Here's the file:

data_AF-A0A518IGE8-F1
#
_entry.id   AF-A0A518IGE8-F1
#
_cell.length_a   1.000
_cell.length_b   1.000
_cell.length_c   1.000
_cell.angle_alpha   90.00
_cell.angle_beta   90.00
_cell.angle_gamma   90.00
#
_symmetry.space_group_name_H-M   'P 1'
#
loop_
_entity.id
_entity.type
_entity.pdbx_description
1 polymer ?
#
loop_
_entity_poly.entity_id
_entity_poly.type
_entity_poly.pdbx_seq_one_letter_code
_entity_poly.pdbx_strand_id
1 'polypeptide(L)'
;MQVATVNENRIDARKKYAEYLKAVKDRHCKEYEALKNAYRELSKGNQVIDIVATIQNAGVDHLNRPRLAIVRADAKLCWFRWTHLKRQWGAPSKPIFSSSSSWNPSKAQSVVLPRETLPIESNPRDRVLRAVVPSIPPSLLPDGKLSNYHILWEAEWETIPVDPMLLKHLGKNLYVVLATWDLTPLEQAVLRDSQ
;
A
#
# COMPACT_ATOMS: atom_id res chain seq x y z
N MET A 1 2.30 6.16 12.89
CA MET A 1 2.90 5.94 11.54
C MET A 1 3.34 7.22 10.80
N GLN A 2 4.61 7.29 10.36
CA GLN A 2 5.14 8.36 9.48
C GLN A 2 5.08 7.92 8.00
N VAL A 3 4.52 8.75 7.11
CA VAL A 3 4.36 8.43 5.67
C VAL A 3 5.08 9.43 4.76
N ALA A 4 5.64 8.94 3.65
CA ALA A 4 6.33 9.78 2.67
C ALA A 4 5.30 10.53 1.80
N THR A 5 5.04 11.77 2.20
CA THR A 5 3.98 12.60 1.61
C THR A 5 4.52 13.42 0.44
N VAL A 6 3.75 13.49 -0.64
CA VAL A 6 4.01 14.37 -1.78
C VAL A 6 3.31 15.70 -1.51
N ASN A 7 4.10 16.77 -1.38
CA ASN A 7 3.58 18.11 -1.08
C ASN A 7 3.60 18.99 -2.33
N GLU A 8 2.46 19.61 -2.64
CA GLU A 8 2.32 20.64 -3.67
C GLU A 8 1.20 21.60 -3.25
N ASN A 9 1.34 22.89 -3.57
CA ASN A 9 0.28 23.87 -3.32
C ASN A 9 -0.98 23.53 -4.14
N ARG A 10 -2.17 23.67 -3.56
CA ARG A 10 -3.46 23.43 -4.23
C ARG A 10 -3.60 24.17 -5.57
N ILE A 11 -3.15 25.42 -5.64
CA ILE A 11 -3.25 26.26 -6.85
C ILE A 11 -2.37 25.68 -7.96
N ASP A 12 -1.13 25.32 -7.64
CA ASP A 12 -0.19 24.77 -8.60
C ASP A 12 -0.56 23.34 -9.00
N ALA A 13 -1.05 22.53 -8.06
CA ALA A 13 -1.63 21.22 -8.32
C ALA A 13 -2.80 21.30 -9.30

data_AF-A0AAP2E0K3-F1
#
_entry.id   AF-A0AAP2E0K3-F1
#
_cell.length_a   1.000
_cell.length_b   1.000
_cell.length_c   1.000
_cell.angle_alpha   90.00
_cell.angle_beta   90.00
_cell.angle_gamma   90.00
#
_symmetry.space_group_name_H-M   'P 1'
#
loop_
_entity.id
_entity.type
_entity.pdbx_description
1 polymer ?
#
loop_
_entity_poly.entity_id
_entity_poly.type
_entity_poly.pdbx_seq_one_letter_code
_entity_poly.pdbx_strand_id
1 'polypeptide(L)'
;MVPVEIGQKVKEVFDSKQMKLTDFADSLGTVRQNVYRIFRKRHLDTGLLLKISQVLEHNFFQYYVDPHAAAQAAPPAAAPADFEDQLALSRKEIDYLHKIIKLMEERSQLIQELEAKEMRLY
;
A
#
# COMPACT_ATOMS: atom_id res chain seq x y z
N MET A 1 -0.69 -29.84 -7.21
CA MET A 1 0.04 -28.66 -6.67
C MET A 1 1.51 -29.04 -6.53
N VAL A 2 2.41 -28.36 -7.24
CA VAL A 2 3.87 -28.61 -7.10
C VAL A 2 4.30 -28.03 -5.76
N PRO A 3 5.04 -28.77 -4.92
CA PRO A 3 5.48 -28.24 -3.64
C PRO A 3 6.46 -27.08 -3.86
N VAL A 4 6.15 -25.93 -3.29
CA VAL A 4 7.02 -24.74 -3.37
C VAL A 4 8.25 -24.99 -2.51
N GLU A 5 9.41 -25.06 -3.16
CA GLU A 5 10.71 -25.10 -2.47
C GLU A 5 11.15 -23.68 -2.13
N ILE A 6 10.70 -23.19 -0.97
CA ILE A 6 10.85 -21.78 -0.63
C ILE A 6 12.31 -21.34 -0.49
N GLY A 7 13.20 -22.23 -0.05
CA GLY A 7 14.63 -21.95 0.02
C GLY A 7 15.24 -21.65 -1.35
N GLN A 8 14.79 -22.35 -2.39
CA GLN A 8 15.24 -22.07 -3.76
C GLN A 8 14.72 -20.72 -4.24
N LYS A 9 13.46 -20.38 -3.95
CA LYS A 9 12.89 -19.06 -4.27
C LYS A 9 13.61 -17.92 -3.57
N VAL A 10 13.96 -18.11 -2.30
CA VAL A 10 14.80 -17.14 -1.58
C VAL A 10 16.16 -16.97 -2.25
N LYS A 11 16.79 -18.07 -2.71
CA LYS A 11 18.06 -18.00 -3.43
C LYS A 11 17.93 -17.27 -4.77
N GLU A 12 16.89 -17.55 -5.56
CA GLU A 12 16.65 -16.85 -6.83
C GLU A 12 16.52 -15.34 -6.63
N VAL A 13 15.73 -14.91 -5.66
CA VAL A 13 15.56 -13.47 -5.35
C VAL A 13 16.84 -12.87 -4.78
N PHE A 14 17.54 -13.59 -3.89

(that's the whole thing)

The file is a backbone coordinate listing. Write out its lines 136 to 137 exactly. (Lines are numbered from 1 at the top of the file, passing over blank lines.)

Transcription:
N VAL A 13 15.73 -14.91 -5.66
CA VAL A 13 15.56 -13.47 -5.35